Songbird in the Kitchen 7: The Final Bill

Never underestimate how quickly forgiveness can be given when the only man who can save you is behind bars.

— Sergan Mesar-Lavistol, Three Drops of Blood at Evening

Karin groaned and leaned against the rough stone bricks of the jail cell. The cold seeped into the bruises along the side of her face, giving her some relief from the morning’s beating. As the stone warmed up, she rolled to a cooler section until the throbbing subsided.

With a sigh of relief, she sat back into her seat. It felt like every part of her hurt, but it was nothing compared to being kicked in the chest by that howling horse with claws or when the leeches had burrowed in her gut.

The men Tristoh had bribed to beat her weren’t seriously injuring her. That meant that he still had plans for her. Fortunately, San Graif wasn’t large enough for dedicated justice so she had a few more days until her fate arrived.

She thought about Lilian’s voice and the memories that washed over her every time she sang a song. Leaning back against the wall, she smiled to herself. Her lips worked silently as she sang one of the song that Lilian had taught her to love and just let the pain ease away.

Even with her fears, Karin didn’t regret a single moment. She didn’t find a lover but she saved a songbird. She rubbed her split lip and just leaned back to enjoy the glow.

The door to the cells rattled loudly. She heard keys jingling on the other side.

Curious, she sat up.

The door swung open and a guard came in. It was one of Tristoh’s hirelings. She started to steel herself for another round of abuse but then she noticed he was covered in blood with thick bandages over one eye and a makeshift sling holding his arm. “She’s in here, Mother,” the guard said sullenly.

Sindil followed after him, her knitting bag hoisted over her shoulder and a pair of needles in her hand. The yarn was stained and torn. The knife hilt hung out of a scorched opening. She shuffled forward as she peered around until she spotted Karin and then hurried over.

Behind both of them, Roal came in with a grin on his face and his hands in his pockets. He had blood splattered across his chest and an equally gore-covered ax tucked underneath his arm.

Karin stood up, wincing a little from the discomfort.

Sindil peered at Karin for a moment. Then she turned to the guard. “Well, what are you waiting for? Let her out. Now!”

The guard looked nervously at Karin as he unlocked the gate.

Karin stared directly at him. She didn’t think telling Sindil that he had been beating Karin for days would help anyone at the moment. Maybe later.

Roal shoved the guard aside and pulled the gate open. “Tristoh left the city a surprise gift when he stormed away. A herd of bulls with thick armored plates and able to set fires with their feet. I need my sharpener. You up to it, Old Lady?”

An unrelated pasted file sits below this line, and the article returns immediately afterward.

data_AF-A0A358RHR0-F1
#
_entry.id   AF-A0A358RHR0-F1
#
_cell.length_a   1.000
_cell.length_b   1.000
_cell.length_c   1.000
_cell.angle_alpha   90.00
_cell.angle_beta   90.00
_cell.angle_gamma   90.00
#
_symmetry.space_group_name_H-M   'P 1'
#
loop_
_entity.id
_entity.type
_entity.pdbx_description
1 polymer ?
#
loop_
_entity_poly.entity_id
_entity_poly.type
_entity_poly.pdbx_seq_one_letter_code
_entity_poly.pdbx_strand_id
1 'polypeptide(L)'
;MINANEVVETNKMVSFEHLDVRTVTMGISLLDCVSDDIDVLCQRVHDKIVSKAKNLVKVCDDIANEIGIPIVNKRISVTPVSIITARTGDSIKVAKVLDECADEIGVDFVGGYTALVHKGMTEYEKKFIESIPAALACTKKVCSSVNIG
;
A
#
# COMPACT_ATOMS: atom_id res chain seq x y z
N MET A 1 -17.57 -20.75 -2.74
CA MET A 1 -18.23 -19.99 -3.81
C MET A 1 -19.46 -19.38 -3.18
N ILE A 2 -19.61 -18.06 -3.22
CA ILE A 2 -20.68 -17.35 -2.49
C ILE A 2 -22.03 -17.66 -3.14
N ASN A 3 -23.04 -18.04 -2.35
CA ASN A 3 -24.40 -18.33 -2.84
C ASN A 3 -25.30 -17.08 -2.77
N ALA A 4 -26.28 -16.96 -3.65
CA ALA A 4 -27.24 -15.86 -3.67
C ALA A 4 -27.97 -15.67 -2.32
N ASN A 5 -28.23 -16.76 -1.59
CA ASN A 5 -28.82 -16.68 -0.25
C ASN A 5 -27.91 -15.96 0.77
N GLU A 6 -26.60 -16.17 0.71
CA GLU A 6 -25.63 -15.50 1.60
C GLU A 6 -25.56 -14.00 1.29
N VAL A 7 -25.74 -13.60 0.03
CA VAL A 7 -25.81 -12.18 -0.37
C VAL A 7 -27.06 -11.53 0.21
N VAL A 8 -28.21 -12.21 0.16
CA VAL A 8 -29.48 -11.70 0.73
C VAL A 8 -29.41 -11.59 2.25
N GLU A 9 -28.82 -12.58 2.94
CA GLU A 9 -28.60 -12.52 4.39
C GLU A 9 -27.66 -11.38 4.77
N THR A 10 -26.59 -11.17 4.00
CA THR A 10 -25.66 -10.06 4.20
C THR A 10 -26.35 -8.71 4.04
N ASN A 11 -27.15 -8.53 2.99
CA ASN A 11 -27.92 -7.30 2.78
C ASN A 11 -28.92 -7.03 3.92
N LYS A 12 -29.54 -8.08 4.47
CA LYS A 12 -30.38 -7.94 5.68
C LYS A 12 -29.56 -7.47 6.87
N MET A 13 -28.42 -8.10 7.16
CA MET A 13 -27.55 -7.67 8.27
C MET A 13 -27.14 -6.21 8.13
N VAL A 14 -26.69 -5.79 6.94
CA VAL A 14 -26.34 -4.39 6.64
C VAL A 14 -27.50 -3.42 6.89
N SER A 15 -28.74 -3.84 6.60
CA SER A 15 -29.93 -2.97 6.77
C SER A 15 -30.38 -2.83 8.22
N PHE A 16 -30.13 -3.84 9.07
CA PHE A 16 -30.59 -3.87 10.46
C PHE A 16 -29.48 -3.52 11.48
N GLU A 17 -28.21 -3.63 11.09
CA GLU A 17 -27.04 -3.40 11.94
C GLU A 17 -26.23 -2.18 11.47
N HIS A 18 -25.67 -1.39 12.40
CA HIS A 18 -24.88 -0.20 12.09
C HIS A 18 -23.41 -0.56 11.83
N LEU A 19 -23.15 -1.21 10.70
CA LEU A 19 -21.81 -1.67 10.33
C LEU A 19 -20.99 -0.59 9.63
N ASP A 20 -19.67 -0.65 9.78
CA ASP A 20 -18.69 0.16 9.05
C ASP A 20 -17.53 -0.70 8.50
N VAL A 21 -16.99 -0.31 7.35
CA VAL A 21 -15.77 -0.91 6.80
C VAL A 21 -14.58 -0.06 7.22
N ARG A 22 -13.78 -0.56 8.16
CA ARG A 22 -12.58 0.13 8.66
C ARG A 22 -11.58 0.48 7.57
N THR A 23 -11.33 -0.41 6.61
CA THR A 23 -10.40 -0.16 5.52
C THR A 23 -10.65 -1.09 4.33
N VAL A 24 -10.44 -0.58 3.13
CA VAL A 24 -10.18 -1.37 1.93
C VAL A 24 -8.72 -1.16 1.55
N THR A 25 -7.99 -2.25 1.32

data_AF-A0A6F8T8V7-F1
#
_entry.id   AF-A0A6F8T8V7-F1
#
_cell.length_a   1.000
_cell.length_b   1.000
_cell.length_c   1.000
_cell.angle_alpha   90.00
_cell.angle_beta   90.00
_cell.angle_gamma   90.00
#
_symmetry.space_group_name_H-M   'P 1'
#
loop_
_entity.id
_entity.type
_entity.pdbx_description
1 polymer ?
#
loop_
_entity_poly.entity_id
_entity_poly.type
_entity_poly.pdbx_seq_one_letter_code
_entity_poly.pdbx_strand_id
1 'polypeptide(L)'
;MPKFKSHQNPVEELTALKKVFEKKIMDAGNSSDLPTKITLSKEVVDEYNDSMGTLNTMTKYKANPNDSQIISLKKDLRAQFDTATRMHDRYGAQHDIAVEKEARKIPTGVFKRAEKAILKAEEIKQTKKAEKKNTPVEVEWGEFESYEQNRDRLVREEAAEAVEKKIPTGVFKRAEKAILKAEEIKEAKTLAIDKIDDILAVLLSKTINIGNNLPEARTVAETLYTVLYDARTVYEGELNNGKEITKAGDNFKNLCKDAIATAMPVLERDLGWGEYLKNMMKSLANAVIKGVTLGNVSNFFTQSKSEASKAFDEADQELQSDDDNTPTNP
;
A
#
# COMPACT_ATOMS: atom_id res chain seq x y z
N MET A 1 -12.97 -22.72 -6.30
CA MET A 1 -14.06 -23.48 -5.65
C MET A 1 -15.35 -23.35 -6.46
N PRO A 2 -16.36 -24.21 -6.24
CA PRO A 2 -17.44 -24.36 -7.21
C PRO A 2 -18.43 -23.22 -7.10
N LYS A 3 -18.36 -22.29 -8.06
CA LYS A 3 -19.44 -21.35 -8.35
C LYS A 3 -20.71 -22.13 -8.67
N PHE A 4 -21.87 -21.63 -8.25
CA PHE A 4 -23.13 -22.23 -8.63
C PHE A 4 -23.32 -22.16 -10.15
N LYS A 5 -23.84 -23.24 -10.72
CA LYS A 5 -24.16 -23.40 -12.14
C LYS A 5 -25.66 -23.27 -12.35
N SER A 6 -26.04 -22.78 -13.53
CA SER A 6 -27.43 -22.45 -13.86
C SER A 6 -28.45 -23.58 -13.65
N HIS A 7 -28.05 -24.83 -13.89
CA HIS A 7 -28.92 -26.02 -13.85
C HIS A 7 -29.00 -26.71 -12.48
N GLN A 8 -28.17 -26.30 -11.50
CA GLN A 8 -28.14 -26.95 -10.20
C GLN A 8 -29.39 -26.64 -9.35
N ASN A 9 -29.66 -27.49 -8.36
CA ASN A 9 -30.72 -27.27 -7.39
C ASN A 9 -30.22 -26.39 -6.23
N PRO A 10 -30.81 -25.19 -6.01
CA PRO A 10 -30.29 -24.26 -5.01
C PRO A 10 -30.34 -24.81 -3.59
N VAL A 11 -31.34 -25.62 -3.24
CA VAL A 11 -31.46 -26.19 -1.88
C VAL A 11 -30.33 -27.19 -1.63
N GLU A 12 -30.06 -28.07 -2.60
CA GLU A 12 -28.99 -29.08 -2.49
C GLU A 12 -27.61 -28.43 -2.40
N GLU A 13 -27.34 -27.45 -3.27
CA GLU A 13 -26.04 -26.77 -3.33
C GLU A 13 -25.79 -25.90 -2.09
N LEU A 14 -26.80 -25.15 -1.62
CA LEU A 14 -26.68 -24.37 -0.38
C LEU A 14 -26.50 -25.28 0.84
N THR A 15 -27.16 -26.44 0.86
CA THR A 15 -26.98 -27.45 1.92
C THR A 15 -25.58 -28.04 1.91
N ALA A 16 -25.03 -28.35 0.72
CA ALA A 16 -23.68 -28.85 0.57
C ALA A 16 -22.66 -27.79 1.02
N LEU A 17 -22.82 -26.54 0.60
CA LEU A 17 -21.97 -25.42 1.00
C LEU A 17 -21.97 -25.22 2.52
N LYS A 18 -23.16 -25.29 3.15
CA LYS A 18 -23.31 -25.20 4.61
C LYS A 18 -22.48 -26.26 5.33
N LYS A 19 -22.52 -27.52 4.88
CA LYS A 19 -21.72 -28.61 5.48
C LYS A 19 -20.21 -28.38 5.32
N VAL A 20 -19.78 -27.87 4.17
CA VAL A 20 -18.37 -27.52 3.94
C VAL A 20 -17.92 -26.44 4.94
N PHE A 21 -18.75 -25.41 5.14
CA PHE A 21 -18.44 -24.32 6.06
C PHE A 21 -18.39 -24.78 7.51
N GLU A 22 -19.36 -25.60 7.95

Karin’s thoughts slid away from Lilian with a rush as she steeled herself for a fight. “Of course, Old Man.”

He gestured toward the door before heading toward it. “Come on, Rat Hunter. You need a weapon and we have people to save.”

Karin gave the guard a long hard look before she followed after.

The old woman caught her arm to walk with her. She was spry for her age but Karin suspected that she had fought off one of the creatures with knitting needles.

Karin smiled at the image and rested her palm over the old woman’s. “Thank you. Mind if I have that dagger now?”

Sindil looked her over. “You look more like you prefer a sword, right? What kind?”

“Short sword with a narrow hilt, but…”

The old woman dug into her scorched knitting bag. She pulled out a coil of yarn and a pair of needles. “Hold this,” she said as she handed the yarn to Karin.

Amused and confused, Karin took it.

Sindil reached into the bag, leaning into it as she delved deeper than the bag looked like it could handle. “Ah, there it is!”

She pulled out a short sword from her bag. As Karin stared in shock, Sindil deftly swapped the yarn for the weapon. “It’s a bit dull, but I suspect you can do something about that.”

Karin smiled. Energy danced along the blade as she sharpened it with a thought.

Sindil looked at her for a long moment and then sighed. “I’m sorry it took so long to get you free. Jon was being stubborn and the sheriff is still pissed at me for refusing to serve his wife when she was the worst tax collector we ever had; he changed his mind when he saw those bulls. A lot of bad blood for this old lady. At least her granddaughter is safe. I got a letter yesterday.”

Karin smiled. “She was worth it.”

“She is,” said the old woman. “Though, things were better when I was running the bakery. Twenty years ago, we didn’t have my granddaughter’s lovely voice but peach pie was always on the menu.”

Karin made it two steps before the words registered. She inhaled sharply and looked over.

The old woman grinned and squeezed Karin’s arm. “Maybe after you save our city, I could make you one? The recipe is on the old side, but I heard the classics are always the best. I’d bet you’d like a slice. I heard it’s got a bit of bite.”

Karin stared in shock and her smile returned.

The old woman hefted her bloody knitting needles, gave a wink, and headed after Roal.

Cover

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